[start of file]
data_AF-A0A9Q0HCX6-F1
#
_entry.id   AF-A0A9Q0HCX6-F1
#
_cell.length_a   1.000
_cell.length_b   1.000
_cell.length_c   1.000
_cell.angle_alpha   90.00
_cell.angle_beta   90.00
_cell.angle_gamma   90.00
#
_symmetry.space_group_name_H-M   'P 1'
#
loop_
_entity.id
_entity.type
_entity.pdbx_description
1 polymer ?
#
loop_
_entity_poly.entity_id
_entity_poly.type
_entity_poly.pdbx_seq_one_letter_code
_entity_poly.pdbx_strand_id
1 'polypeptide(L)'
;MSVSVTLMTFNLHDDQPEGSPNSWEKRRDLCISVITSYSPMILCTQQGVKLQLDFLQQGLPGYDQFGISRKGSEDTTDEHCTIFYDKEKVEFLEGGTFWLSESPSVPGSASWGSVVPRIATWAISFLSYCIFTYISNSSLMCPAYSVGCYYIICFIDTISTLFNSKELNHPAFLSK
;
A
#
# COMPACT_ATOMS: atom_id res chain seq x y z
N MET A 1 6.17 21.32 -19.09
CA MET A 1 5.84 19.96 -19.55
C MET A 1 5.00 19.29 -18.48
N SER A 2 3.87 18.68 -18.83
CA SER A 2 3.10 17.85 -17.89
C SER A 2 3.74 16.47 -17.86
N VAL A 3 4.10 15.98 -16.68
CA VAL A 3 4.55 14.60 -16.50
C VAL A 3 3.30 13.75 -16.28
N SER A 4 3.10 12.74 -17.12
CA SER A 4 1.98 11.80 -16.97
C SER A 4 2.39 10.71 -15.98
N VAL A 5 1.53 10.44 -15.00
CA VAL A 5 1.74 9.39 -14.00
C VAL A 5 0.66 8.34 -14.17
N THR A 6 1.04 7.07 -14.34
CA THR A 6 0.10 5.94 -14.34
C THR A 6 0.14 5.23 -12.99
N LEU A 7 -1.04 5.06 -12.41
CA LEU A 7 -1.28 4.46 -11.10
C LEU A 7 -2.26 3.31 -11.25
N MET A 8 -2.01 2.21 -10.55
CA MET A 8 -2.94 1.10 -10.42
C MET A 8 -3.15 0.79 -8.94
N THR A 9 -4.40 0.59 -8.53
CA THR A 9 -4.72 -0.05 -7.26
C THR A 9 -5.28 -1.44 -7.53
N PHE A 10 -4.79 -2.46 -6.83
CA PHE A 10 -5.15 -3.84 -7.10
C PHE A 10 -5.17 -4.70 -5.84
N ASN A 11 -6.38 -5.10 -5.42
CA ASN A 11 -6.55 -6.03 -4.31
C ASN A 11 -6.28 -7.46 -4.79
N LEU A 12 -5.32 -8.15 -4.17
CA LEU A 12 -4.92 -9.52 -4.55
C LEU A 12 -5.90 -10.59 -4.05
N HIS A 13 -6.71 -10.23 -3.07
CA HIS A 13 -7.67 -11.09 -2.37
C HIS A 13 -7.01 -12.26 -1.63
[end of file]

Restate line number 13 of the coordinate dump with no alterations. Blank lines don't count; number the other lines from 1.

#